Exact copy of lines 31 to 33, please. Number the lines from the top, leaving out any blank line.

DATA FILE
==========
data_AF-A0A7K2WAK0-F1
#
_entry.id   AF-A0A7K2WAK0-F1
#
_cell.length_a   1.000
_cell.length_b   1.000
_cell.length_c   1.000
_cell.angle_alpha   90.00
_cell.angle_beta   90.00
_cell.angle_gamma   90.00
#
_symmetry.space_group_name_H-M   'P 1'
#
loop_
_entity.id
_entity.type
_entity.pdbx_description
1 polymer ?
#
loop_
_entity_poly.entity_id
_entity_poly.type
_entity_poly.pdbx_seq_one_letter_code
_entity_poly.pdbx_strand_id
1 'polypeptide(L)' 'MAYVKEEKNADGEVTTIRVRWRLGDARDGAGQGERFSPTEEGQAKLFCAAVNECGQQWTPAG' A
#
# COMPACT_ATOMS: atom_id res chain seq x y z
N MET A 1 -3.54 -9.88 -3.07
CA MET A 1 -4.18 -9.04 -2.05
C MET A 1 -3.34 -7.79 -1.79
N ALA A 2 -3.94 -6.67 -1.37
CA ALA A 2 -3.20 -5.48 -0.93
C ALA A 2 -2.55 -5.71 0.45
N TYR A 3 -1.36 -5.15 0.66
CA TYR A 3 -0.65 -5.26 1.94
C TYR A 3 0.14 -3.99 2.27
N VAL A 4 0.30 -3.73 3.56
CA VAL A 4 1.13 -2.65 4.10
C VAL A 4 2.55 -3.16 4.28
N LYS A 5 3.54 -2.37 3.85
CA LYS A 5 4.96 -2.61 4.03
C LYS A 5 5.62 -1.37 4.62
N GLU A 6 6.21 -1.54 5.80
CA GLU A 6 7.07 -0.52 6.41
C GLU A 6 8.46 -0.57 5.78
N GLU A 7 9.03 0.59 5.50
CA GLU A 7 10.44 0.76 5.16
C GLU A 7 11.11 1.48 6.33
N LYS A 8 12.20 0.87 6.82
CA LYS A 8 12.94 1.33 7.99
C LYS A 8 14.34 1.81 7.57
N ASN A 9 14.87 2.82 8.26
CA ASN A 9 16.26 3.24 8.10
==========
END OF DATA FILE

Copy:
N ALA A 2 -3.94 -6.67 -1.37
CA ALA A 2 -3.20 -5.48 -0.93
C ALA A 2 -2.55 -5.71 0.45